Towards A Good Samaritan World

Tuesday, February 22, 2005


A lot of conservatives are getting fed up with Bush.

First, they're mad about Bush mentioning that he may raise the cap on income liable to Social Security taxes. As the Wall Street Journal points out:

[T]he early direction of reform is looking more and more worrisome. First, House Ways and Means Chairman Bill Thomas proposes to finance private accounts with a huge new VAT levy, and now Mr. Bush puts his own tax hike on the table. What an unhappy irony it would be if Republicans finally gained control of the levers of power in Washington only to pass the largest entitlement expansion since 1965 (the Medicare drug bill) in Mr. Bush's first term, and effectively repeal his income tax cuts in the second.

Tech Central Station is also opposed. And Larry Kudlow slams the idea in the National Review, drawing a parallel to Bush I's tax hike, betraying his "read my lips" promises.

Yet, as the WSJ notes, raising the cap while creating private accounts is an excellent way to undermine the original concept of the Social Security program:

[O]ne of the ironies here is that the earnings limit for payroll tax contributions exists because that's the way Social Security's Democratic creators designed it. That is to say, they didn't want it to be perceived as a soak-the-rich welfare program, but as a "universal" compulsory savings scheme. Since payouts would be limited, it was only natural that contributions would be too.

Exactly. By raising the cap while introducing private accounts-- as long as the changes are combined with changes to the benefit schedule-- Bush will turn the old Social Security benefits into a soak-the-rich welfare program, which will lose political support and be sunk like the other welfare programs were. FDR's idea of a compulsory saving scheme will live on in the private accounts. Yes, the payroll tax hike may hurt small business and job creation. If so, Bush can blame the Democrats, for not passing Social Security reform as he originally designed it; and he can challenge America to give the Republicans a bigger majority, or to change the Democratic Party by voting in the primaries, if they want a lower-tax environment.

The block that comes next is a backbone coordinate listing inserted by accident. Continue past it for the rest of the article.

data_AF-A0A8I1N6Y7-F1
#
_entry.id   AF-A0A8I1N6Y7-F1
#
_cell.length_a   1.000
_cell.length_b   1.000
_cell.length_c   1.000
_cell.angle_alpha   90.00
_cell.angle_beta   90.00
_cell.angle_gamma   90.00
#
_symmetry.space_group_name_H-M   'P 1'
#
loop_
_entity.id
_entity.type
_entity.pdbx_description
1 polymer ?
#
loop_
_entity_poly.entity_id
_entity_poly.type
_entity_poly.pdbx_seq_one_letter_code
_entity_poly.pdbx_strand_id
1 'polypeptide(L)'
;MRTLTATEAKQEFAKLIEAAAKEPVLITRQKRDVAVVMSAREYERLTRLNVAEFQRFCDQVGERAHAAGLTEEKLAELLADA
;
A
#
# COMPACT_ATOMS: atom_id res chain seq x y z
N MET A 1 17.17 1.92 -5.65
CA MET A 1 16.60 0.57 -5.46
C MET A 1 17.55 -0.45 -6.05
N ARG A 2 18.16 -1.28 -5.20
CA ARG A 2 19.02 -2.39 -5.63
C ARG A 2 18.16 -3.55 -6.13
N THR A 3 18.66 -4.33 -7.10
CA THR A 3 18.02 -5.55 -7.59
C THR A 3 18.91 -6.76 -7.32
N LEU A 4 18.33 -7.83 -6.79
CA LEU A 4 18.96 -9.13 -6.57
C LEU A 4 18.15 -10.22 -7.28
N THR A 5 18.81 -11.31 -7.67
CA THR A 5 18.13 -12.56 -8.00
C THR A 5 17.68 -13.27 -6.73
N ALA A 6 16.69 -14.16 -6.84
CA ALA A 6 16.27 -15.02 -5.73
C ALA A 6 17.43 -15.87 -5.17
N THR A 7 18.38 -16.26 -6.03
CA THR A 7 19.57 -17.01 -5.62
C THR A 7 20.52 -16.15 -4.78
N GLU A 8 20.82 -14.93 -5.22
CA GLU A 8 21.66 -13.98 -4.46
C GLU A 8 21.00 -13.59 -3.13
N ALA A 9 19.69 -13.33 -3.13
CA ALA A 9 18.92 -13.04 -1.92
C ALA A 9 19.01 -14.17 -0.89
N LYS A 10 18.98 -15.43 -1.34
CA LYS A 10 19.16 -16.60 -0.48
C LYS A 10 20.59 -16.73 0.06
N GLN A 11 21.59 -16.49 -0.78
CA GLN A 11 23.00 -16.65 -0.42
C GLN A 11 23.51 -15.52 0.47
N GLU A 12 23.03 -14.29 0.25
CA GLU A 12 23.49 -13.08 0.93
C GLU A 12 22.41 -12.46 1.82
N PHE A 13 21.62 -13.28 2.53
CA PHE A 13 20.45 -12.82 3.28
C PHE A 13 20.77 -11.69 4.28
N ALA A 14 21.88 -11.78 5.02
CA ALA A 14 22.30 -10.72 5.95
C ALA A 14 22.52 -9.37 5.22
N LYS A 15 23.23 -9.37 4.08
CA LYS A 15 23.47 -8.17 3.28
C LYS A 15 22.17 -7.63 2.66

The National Review is also disgusted with Condi's words of praise for the EU constitution. Here I partly agree. European unification gained a new impetus from the Iraq war, and opposition to America is becoming Europe's raison d'etre. Yet many in Europe continue to support Europe, and by rushing too eagerly into rapprochement with certain unrepentant enemies of Iraqi democracy such as Chirac and Schroeder, our real allies in Europe may perceive that we are leaving them high and dry. Mark Steyn and Niall Ferguson think the recent Euro-American signs of friendship are nothing but talk. Maybe. But if we have a global commitment to liberty, we should be maintain an attitude of vigilant suspicion towards the creeping encroachments of Eurocracy. (Max Borders agrees.)

Some conservatives are also annoyed that Bush shows little sign of trying to override the filibuster option for judicial nominees. I agree with Ron Brownstein that Bush should cut a deal.

Bush won 51%; a solid win, but not a landslide. Republicans should look for consensus and be ready to sacrifice a bit of their agenda, while making it clear which of their policies are concessions to the Democrats, so that voters who dislike these policies will have a reason, not to lose faith in the Republicans, but to put even more of them into office.


  • I found this awful article by a prof at CU today. I challenge you to read it all the way through - despite that I was unable to do it myself because it's so sickening. Still, it's worthwhile to have a *real* example of left-wing hate-America insanity for comparison purposes.

    Of particular interest to me was the complete misunderstanding of the Law of War. Particularly silly was the claim that the 9/11 hijackers were "secular soldiers". There might have been other interesting parts, but I skipped straight to his litany of America's evils that served as his conclusion.

    By Blogger Nato, at 3:12 PM  

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